Vibrant geologies: an ethnography of human engagements with subterranean worlds

Lead Research Organisation: University of Oxford
Department Name: Geography - SoGE

Abstract

"This project explores some of the multifaceted modes of human engagement with the subterranean world. The research draws on one year of ethnographic work in the Northwest Territories, Canada, including an institutional ethnography of the Northwest Territories Geological Survey, participatory observation techniques of geologic fieldwork and interviews with expert geologists, policy makers and mining industry representatives. The project has three main outcomes which relate to how we understand geology and how it is enrolled into society and economy. First, the project explores how geologists construct the geological landscape through their mappings of and engagements with subterranean space. Second, it examines the possibilities of accounting for the "invisible value" of minerals and subterranean geo-environmental processes through scientific practices and legal frameworks. Third, it considers how an Arctic mineral development economy is supported by science-informed informed policy making, and the challenges of relying on "evidence based" decision making regarding invisible landscapes."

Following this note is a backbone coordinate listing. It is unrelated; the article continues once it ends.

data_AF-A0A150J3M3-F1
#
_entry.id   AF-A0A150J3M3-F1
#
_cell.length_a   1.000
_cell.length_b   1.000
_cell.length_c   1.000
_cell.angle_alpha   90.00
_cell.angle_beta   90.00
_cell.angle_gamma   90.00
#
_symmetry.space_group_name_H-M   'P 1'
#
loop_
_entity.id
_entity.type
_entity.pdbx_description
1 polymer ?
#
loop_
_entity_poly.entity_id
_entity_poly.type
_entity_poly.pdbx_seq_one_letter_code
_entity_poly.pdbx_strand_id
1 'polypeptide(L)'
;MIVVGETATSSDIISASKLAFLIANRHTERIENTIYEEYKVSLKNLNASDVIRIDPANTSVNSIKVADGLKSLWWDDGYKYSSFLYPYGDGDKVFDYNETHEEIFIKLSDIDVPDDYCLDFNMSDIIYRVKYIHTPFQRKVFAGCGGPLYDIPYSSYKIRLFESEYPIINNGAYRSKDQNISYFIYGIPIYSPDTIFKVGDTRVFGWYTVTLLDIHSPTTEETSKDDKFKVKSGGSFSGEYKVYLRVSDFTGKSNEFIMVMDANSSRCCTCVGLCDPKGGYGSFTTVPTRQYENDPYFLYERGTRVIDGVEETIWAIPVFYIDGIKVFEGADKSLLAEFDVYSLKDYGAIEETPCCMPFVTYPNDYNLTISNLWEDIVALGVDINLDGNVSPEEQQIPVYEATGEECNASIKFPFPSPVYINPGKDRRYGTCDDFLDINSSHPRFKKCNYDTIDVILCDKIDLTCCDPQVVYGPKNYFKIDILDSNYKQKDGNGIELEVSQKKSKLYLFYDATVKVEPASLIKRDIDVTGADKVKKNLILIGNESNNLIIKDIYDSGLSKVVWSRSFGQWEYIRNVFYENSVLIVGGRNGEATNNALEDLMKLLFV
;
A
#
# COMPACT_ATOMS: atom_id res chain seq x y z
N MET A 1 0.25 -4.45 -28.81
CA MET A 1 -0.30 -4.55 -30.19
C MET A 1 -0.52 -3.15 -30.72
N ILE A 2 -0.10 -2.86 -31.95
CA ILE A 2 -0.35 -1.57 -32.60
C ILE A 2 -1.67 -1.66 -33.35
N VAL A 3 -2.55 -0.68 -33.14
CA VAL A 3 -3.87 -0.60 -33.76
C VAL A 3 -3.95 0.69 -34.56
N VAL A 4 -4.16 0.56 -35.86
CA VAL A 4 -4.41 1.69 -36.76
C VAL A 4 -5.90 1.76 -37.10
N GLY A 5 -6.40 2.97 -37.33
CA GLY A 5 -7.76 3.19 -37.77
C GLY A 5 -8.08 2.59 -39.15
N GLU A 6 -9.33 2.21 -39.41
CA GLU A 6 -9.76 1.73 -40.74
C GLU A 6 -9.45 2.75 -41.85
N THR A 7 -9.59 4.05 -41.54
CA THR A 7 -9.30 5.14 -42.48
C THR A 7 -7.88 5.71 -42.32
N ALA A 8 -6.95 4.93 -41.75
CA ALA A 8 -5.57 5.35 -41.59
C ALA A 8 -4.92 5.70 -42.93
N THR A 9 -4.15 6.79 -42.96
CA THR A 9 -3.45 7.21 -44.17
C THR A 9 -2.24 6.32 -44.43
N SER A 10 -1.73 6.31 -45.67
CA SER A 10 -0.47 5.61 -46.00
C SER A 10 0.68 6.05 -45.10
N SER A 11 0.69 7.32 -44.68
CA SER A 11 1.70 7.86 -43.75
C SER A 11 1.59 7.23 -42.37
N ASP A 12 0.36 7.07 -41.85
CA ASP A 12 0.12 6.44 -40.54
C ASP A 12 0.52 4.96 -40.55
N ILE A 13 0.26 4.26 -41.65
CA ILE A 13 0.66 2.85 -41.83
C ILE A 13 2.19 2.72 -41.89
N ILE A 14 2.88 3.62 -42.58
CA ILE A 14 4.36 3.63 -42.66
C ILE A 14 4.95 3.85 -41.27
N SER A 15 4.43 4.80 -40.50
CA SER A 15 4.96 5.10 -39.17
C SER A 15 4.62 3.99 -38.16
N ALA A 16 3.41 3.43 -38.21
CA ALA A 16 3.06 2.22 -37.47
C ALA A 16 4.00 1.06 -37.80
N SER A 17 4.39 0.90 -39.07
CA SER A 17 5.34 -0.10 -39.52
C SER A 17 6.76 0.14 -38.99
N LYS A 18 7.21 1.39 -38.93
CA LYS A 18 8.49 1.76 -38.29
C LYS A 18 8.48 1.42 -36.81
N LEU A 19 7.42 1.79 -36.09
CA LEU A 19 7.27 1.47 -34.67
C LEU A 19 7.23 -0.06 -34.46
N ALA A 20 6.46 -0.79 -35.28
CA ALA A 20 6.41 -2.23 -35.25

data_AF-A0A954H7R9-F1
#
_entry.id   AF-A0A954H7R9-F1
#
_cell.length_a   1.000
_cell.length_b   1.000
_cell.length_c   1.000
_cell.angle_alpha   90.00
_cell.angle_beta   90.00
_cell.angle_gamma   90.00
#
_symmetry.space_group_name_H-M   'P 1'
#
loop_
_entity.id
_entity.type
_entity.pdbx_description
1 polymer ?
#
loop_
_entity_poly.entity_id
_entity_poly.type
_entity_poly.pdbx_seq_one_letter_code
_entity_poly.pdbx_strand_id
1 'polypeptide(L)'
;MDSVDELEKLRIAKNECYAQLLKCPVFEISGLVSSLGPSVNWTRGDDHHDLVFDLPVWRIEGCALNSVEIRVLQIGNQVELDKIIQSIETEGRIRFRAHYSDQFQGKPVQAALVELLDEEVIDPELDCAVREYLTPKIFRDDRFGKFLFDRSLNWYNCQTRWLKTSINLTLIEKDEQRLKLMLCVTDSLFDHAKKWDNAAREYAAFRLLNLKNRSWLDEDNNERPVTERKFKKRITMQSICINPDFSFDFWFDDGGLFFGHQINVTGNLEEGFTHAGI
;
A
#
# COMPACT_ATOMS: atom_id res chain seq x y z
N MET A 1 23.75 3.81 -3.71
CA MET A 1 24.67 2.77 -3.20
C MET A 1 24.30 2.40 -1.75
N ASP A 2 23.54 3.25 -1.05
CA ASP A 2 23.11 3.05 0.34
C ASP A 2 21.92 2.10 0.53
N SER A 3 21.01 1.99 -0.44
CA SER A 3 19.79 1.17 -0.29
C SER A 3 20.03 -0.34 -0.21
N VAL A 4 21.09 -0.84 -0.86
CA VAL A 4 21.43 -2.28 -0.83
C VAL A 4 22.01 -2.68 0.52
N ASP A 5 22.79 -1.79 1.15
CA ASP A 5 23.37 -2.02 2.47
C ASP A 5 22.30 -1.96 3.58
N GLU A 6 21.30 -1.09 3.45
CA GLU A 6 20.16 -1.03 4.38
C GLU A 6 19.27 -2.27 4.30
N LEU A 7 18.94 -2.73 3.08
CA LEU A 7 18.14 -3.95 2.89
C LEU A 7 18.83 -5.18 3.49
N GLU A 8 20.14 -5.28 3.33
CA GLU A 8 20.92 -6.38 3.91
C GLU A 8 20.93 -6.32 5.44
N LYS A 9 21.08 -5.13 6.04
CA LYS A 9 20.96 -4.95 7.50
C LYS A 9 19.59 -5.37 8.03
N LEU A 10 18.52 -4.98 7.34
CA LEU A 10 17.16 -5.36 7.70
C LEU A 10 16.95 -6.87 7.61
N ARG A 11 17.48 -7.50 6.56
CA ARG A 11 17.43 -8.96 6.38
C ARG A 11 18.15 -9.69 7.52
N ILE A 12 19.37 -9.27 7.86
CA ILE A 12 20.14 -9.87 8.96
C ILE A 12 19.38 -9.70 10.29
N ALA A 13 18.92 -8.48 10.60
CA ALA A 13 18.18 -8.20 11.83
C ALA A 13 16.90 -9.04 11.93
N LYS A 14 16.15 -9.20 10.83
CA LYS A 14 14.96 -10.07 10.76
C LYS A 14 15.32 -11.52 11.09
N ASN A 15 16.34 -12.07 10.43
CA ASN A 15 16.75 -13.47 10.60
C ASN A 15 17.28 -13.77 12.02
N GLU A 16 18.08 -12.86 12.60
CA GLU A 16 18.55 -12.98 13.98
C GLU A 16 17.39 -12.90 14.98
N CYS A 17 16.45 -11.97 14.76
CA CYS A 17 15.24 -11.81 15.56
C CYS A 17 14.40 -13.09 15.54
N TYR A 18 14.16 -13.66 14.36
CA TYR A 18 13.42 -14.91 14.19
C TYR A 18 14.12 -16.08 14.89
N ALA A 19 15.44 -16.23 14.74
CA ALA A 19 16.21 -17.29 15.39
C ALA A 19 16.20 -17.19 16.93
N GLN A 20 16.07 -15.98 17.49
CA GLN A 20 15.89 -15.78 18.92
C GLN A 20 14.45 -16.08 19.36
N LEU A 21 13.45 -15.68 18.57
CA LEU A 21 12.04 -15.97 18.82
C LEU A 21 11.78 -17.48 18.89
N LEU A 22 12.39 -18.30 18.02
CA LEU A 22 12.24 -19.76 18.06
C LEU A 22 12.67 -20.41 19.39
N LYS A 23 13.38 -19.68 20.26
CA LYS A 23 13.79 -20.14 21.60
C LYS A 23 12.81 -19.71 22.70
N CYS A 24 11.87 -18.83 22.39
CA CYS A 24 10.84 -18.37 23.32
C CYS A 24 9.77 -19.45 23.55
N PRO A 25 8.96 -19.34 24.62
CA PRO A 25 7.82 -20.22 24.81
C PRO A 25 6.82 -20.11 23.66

Publications

10 25 50

Studentship Projects

Project Reference Relationship Related To Start End Student Name
EP/N509711/1 01/10/2016 30/09/2021
1926783 Studentship EP/N509711/1 01/10/2017 30/09/2020 Matilda Becker
 
Description NB. The geographic context of this research was the Northwest Territories, Canada.